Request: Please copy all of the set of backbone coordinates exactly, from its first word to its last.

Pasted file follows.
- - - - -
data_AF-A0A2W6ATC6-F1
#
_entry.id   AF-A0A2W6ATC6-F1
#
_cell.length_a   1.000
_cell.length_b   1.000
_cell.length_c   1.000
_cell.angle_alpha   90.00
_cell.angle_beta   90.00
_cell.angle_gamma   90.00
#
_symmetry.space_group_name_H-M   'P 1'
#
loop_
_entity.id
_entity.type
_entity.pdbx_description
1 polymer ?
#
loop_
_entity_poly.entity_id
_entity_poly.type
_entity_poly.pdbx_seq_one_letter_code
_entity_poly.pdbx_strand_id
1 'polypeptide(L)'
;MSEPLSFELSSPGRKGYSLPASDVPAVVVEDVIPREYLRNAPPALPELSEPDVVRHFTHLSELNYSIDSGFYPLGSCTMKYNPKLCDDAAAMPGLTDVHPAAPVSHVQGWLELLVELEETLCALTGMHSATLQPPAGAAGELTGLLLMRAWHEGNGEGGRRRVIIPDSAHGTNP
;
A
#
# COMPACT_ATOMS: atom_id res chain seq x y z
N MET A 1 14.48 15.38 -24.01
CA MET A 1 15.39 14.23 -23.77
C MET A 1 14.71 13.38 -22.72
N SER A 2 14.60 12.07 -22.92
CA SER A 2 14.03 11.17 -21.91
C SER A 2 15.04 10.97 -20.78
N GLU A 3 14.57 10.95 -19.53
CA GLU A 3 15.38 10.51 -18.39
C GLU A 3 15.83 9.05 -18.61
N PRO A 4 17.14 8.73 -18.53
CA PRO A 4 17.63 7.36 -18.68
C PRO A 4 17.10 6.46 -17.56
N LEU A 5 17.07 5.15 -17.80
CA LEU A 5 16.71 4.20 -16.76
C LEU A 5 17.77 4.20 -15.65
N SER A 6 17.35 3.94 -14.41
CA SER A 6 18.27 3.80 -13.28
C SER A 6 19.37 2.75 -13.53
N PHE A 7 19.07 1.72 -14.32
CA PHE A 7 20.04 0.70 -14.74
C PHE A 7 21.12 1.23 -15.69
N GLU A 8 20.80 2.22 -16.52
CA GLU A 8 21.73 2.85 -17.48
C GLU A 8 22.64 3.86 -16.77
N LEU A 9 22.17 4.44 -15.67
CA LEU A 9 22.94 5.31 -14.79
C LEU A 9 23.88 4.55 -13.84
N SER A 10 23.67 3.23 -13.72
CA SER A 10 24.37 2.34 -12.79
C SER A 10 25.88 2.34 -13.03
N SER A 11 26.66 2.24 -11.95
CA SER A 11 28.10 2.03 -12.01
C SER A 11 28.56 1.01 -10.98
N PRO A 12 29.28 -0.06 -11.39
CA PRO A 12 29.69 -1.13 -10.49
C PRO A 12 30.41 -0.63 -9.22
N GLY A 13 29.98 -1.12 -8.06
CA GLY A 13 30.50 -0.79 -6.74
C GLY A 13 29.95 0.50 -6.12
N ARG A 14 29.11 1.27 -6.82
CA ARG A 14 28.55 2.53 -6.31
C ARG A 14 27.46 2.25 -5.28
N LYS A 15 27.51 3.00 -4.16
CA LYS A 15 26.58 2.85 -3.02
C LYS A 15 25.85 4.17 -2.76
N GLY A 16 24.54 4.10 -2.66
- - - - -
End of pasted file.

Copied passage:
data_AF-A0A2W6ATC6-F1
#
_entry.id   AF-A0A2W6ATC6-F1
#
_cell.length_a   1.000
_cell.length_b   1.000
_cell.length_c   1.000
_cell.angle_alpha   90.00
_cell.angle_beta   90.00
_cell.angle_gamma   90.00
#
_symmetry.space_group_name_H-M   'P 1'
#
loop_
_entity.id
_entity.type
_entity.pdbx_description
1 polymer ?
#
loop_
_entity_poly.entity_id
_entity_poly.type
_entity_poly.pdbx_seq_one_letter_code
_entity_poly.pdbx_strand_id
1 'polypeptide(L)'
;MSEPLSFELSSPGRKGYSLPASDVPAVVVEDVIPREYLRNAPPALPELSEPDVVRHFTHLSELNYSIDSGFYPLGSCTMKYNPKLCDDAAAMPGLTDVHPAAPVSHVQGWLELLVELEETLCALTGMHSATLQPPAGAAGELTGLLLMRAWHEGNGEGGRRRVIIPDSAHGTNP
;
A
#
# COMPACT_ATOMS: atom_id res chain seq x y z
N MET A 1 14.48 15.38 -24.01
CA MET A 1 15.39 14.23 -23.77
C MET A 1 14.71 13.38 -22.72
N SER A 2 14.60 12.07 -22.92
CA SER A 2 14.03 11.17 -21.91
C SER A 2 15.04 10.97 -20.78
N GLU A 3 14.57 10.95 -19.53
CA GLU A 3 15.38 10.51 -18.39
C GLU A 3 15.83 9.05 -18.61
N PRO A 4 17.14 8.73 -18.53
CA PRO A 4 17.63 7.36 -18.68
C PRO A 4 17.10 6.46 -17.56
N LEU A 5 17.07 5.15 -17.80
CA LEU A 5 16.71 4.20 -16.76
C LEU A 5 17.77 4.20 -15.65
N SER A 6 17.35 3.94 -14.41
CA SER A 6 18.27 3.80 -13.28
C SER A 6 19.37 2.75 -13.53
N PHE A 7 19.07 1.72 -14.32
CA PHE A 7 20.04 0.70 -14.74
C PHE A 7 21.12 1.23 -15.69
N GLU A 8 20.80 2.22 -16.52
CA GLU A 8 21.73 2.85 -17.48
C GLU A 8 22.64 3.86 -16.77
N LEU A 9 22.17 4.44 -15.67
CA LEU A 9 22.94 5.31 -14.79
C LEU A 9 23.88 4.55 -13.84
N SER A 10 23.67 3.23 -13.72
CA SER A 10 24.37 2.34 -12.79
C SER A 10 25.88 2.34 -13.03
N SER A 11 26.66 2.24 -11.95
CA SER A 11 28.10 2.03 -12.01
C SER A 11 28.56 1.01 -10.98
N PRO A 12 29.28 -0.06 -11.39
CA PRO A 12 29.69 -1.13 -10.49
C PRO A 12 30.41 -0.63 -9.22
N GLY A 13 29.98 -1.12 -8.06
CA GLY A 13 30.50 -0.79 -6.74
C GLY A 13 29.95 0.50 -6.12
N ARG A 14 29.11 1.27 -6.82
CA ARG A 14 28.55 2.53 -6.31
C ARG A 14 27.46 2.25 -5.28
N LYS A 15 27.51 3.00 -4.16
CA LYS A 15 26.58 2.85 -3.02
C LYS A 15 25.85 4.17 -2.76
N GLY A 16 24.54 4.10 -2.66